How to Clean the Glass of a Fireplace: Would you Undo Soot Naturally and Safe? Use Chemicals..
A fireplace is a cozy and comforting complement to any home, but over time, its door becomes covered with soot, depriving of its warmth. Why the glass of the hearth gets polluted? What are the ways for effectively removing soot from it in a natural or common way? How to clean the glass of a fireplace, leaving it crystal clear?
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Why is the Glass on My Fireplace Always Dirty?
The major reason for fireplace glass to be constantly dirty is the accumulation of soot and creosote, a fallout of burning wood. It’s sticky and adhere to this transparent surface, making a layer of grime over time. If your hearth is not burning wood completely, the accumulation of soot and smoke is considerable. The next reason causing incomplete combustion can be a poorly seasoned or wet wood, inadequate airflow, or a fault in the damper. The glass temperature is also a factor that can contribute to this process. When this transparent part is too cold, condensation easily appears on its surface, which capture soot particles, and in this process it accumulates dirt.
How to Clean the Glass of a Fireplace: Vinegar & Baking Soda
If the natural way of cleaning is your favorite, think about using the “magic” mixture of vinegar and baking soda for your fireplace glass, following the next guidelines:
- Prepare the vinegar solution: Mix equal parts white vinegar and water, and pour the solution in a spray bottle. In this way, the vinegar’s acidity is diluted, which makes it safer for cleaning.
- Spray with vinegar-water: Mist with the vinegar and water solution onto the soot-covered glass surface, and then be sure the cleaning mixture is evenly spread.
- Apply baking soda: While the vinegar spray is still wet, sprinkle a thin layer of baking soda over the glass. This abrasive substance will scrub mildly, aiding in the removal of soot.
- Scrub lightly: Use a non-abrasive scrubbing pad or crumpled newspaper to lightly scrub the glass in a circular motion, with a special care not to apply excessive pressure.
- Wipe till it is crystal clear: Take a lint-free cloth to wipe off the soot and the cleaning mixture. Go on wiping until the glass is clear and entirely streak-free.
How to Clean Soot from Glass Fireplace Door with Chemicals?
Knowing how to clean the glass of a fireplace door from soot with cleaner is useful and a fast method to get rid of the accumulated impurities. There are some steps you should apply:
- Take the supplies: You’ll need a glass cleaner, a spray bottle, newspaper or lint-free cloth, a plastic scraper, and rubber gloves.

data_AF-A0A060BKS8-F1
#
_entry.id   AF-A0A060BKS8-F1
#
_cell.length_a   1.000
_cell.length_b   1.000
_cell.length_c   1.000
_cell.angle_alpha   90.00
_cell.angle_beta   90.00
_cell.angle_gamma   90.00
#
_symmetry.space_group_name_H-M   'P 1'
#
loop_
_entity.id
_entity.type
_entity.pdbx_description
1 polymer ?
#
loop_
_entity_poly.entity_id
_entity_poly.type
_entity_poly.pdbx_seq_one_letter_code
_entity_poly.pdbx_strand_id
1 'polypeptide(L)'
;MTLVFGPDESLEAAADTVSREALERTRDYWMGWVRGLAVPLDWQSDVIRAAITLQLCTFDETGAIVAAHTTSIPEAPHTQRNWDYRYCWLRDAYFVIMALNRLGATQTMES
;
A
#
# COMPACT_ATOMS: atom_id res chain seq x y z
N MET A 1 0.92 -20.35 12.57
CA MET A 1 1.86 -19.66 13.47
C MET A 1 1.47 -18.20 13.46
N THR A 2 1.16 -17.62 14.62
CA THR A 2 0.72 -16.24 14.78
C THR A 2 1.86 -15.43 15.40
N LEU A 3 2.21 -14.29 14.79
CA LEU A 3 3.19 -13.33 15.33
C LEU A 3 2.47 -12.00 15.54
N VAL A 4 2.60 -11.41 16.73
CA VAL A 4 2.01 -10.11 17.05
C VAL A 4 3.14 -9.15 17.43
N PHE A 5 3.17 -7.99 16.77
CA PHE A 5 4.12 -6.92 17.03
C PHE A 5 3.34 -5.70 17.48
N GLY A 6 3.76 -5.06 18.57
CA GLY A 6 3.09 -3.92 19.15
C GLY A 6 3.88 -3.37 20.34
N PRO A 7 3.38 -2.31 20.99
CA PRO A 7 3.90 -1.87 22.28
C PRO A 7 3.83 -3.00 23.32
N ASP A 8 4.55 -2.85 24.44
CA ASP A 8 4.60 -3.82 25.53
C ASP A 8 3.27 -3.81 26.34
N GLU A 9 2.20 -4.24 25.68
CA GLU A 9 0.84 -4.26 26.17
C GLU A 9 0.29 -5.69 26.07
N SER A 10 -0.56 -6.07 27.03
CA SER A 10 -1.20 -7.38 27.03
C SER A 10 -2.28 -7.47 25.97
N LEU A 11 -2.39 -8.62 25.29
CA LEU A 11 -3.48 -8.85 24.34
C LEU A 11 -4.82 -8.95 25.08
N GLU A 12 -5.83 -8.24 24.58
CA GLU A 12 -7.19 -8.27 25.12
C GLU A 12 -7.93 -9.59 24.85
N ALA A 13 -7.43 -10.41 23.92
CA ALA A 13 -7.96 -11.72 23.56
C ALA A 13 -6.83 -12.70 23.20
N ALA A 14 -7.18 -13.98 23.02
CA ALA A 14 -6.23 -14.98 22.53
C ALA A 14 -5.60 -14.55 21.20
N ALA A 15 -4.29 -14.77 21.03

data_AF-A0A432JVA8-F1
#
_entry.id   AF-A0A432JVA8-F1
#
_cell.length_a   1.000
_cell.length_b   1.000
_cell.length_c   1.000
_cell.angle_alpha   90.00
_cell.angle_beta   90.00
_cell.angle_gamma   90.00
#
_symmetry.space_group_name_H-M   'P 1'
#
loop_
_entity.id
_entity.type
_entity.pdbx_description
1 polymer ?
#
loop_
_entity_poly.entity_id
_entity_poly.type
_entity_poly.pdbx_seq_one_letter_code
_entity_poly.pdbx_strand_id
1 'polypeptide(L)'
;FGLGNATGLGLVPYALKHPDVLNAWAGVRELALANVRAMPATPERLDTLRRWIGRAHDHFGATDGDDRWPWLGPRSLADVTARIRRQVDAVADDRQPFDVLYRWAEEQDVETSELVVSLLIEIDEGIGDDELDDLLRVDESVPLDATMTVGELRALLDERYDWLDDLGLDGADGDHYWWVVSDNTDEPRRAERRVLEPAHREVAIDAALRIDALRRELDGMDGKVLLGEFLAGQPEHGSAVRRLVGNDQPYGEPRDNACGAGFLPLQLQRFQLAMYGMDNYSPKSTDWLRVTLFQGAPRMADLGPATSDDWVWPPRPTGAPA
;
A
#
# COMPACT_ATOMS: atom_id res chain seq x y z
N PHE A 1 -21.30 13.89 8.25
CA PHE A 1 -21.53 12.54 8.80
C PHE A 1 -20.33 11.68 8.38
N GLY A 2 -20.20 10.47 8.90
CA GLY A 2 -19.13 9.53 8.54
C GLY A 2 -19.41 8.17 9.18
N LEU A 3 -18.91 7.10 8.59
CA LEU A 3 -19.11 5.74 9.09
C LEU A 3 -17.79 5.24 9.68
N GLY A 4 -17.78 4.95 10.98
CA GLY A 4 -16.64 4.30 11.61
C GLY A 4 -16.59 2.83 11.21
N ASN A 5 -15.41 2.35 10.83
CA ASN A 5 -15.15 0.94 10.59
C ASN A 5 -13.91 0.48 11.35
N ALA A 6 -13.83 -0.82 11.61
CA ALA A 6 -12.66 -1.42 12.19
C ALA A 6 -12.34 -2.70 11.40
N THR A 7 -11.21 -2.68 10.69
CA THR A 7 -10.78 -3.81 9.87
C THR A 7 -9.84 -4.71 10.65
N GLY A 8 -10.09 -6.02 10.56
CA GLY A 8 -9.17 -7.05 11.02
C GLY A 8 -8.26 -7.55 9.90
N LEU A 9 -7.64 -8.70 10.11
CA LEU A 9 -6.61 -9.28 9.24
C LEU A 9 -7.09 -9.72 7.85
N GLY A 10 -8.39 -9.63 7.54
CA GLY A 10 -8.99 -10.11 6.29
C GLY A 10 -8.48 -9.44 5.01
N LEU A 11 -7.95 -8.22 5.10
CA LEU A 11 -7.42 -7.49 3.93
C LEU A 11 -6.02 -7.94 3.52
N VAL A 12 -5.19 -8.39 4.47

- Safety on first place: Make sure that your hearth has cooled down before attempting to clean the glass.
- Scrape off loose soot: With the help of the plastic scraper, gently take away the loosened soot or debris from the glass.
- Spray the cleaner: Mist with the glass cleaner or with your homemade solution onto the transparent surface. Leave it there for a few minutes to soften the soot.
- Scrub and wipe the residue: Take a non-abrasive scrubbing pad or a piece of crumpled newspaper to lightly scrub the transparent surface in a circular motion. Start from one corner and work your way diagonally across the surface. Wipe off the softened soot with a lint-free cloth.
- Buff for final touch: For a streak-free finish, rub with a lint-free cloth to buff the surface, leaving it fresh and crystal clear.
Cleaning the glass of your fireplace can be an easy yet important maintenance task to keep it looking attractive and functioning in the right way. Knowledge of why the glass gets dirty, avoiding harmful chemicals like oven cleaner, and using a natural approaches like vinegar with baking soda can make this task safer and efficient.
Read also: How to Make Fire Starter from Coffee Grounds and Save on Your Heating Bill?
Can I Use Oven Cleaner on Fireplace Glass?
When considering how to clean the glass of a fireplace, some hostesses think that they may try doing this with an oven cleaner. But you should know that it’s forbidden for use on fireplace glass, and there is a reason for this. The most important issue is that oven cleaners contain in their formulas strong chemicals that leave behind residues and fumes. The problem is that they may be harmful if issued into the air when the fireplace is lit. Then comes the issue with the chemicals in oven cleaner, which are often abrasive and may etch or destroy the glass surface of the fireplace door, causing constant cloudiness or scratches. The most risky problem of applying oven cleaner is the following. Any residual chemicals could set on fire when the fireplace is in use, which is a possible hazard.